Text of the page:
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The 4 Best Foods To Eat Before Bed

Updated on July 1, 2013

In the world of nutrition and fitness, there exist many myths of fairy-tale proportions. For
example, you’ve likely heard that you shouldn’t eat after 6pm…or, is it 7pm? Not unlike
the story of Cinderella’s spell that wore off at midnight, so-called fitness experts would
like you to believe that everything you consume after that “magical” time will quickly be
turned into belly fat. Essentially, the widely-held belief is that eating after this cut-off time
will not only hamper your weight loss efforts,it may even cause you to GAIN weight.
Well, we bear good news. Not every food that you eat past 7pm will be automatically
deposited to your butt, thighs, and love handles. As a matter of fact, we are going to
teach you exactly which foods to eat as a late-night snack to support your weight loss
and body composition goals. You’ll be extremely excited to learn that by choosing the
right foods, you can accelerate fat loss, support your calorie-burning lean muscle, and
improve recovery. Let’s get started!

Setting Yourself Up for Failure

If you have placed this fictitious cut-off time on yourself before, you know that it requires
great discipline and the exertion of exceptional will power. The reason is that satiety —
feelings of satisfaction and fullness —decreases over the course of the day.12 That’s right,
Father Time is actually working against you! This explains why you can eat perfectly well all
day, yet begin ravenously eye-balling ice cream, donuts, and more as the day progresses.
Seeing that psychologists now believe that willpower is like a muscle and you have
a limited pool of mental resources that you can use to overcome such enticing
temptations,4 this self-imposed food curfew may lead you to succumb to those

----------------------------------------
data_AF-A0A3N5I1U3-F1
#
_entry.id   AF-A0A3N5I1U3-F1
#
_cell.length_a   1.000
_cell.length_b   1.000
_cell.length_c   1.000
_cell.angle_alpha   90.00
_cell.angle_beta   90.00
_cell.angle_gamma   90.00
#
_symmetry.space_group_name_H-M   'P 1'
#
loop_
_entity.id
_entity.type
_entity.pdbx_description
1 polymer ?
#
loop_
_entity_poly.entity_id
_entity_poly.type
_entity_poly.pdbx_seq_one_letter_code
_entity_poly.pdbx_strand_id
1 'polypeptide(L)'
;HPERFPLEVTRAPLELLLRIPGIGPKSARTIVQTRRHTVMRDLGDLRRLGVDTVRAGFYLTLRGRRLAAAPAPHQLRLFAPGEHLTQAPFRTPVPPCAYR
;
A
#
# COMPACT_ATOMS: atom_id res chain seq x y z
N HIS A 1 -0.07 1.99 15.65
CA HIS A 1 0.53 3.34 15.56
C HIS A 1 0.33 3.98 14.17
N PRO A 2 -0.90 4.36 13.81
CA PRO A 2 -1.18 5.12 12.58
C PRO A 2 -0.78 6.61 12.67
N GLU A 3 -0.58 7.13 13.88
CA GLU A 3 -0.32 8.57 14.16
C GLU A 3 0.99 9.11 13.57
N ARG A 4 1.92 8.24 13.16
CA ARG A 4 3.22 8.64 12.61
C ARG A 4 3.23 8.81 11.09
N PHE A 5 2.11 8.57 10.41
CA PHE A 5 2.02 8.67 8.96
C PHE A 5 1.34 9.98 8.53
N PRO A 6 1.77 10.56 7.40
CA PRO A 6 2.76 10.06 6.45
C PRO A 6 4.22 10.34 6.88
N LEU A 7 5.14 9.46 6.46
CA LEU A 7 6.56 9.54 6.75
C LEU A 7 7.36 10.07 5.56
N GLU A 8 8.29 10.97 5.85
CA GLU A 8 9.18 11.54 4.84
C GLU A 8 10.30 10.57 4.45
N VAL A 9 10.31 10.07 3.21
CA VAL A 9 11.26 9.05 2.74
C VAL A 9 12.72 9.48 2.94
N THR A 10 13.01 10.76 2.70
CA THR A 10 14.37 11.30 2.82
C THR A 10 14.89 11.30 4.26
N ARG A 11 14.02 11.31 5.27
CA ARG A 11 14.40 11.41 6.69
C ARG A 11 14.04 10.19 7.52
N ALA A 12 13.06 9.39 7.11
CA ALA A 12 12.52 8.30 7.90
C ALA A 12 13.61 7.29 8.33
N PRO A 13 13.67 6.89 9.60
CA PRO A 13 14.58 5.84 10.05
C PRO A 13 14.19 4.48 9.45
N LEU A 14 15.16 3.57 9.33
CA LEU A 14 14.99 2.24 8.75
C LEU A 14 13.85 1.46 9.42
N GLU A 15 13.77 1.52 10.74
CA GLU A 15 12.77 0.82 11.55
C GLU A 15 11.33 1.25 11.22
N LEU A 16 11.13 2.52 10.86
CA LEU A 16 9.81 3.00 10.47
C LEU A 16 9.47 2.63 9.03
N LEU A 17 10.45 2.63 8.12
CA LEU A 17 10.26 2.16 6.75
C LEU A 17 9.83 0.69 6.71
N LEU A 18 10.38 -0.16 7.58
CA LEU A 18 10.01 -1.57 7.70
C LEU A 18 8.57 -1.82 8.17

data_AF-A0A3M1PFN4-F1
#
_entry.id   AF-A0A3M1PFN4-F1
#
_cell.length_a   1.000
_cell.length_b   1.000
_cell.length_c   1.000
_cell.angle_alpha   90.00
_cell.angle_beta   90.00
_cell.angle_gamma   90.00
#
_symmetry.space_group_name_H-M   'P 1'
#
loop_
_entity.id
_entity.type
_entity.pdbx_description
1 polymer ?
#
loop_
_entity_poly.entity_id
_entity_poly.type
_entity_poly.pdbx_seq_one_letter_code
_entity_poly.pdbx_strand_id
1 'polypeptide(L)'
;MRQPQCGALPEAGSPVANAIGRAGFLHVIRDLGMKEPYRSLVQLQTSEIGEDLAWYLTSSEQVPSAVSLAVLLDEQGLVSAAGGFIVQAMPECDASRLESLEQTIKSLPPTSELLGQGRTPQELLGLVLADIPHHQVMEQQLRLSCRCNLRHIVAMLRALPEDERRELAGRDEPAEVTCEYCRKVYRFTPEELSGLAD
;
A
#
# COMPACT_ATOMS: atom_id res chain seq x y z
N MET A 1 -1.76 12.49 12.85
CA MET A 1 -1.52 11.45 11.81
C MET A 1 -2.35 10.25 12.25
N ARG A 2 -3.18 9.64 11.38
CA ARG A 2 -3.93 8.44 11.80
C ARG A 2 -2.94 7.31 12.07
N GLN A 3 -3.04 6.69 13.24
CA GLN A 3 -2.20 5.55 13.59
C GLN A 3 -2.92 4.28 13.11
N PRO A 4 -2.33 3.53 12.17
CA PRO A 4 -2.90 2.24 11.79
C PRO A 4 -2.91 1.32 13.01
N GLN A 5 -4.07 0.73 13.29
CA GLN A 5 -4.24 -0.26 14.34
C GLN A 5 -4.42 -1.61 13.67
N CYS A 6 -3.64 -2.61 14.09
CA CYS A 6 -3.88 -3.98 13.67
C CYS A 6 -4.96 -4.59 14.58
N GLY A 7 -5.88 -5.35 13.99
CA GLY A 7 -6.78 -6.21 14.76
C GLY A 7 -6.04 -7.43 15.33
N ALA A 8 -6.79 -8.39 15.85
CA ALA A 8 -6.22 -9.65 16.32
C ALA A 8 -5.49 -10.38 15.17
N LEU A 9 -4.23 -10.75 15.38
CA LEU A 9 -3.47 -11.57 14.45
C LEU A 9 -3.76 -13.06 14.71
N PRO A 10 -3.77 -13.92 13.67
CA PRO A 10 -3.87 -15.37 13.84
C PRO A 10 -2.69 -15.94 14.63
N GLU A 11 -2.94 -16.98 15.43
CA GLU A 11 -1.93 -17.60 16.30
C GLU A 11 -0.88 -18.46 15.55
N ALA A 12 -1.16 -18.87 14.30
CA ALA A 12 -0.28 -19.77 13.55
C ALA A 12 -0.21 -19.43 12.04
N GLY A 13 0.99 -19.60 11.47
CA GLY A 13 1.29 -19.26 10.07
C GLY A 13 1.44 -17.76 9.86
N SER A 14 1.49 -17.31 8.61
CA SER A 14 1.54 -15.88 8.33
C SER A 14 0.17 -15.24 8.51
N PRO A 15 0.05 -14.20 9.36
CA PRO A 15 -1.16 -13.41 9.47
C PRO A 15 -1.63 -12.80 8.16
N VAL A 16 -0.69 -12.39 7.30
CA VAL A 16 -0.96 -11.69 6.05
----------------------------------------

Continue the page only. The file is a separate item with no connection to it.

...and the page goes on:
devastating food choices that can actually hurt you in your battle of the bulge. Why not
remove this unnecessary ban and make choices that can actually help move closer
toward your goals instead?

Hungry, Hungry Hormones

As day time and nighttime satiety have already been introduced into the conversation, it’s
important to discuss a couple key hormones before we delve into exactly which foods to eat
and which to avoid. Specifically, let’s briefly touch on the hormones insulin and glucagon.
Essentially, insulin is both a storage hormone and an anti-breakdown hormone. It is
secreted by the pancreas in response to an elevation in blood sugar, as its primary task is to
tightly regulate blood sugar levels. Thus, high carbohydrate foods have the greatest impact
on insulin secretion. As a storage hormone, insulin’s task is to push nutrients into the body’s
tissues, like muscle, fat, and the liver. Insulin can also put the breaks on lipolysis and fat
oxidation (e.g., fat burning) and can increase the storage of carbohydrates as fat.8
Generally speaking, carbohydrate tolerance and insulin sensitivity are impaired as
the day progresses,18, 27, 48, 49, 53 which means that controlling blood sugar levels and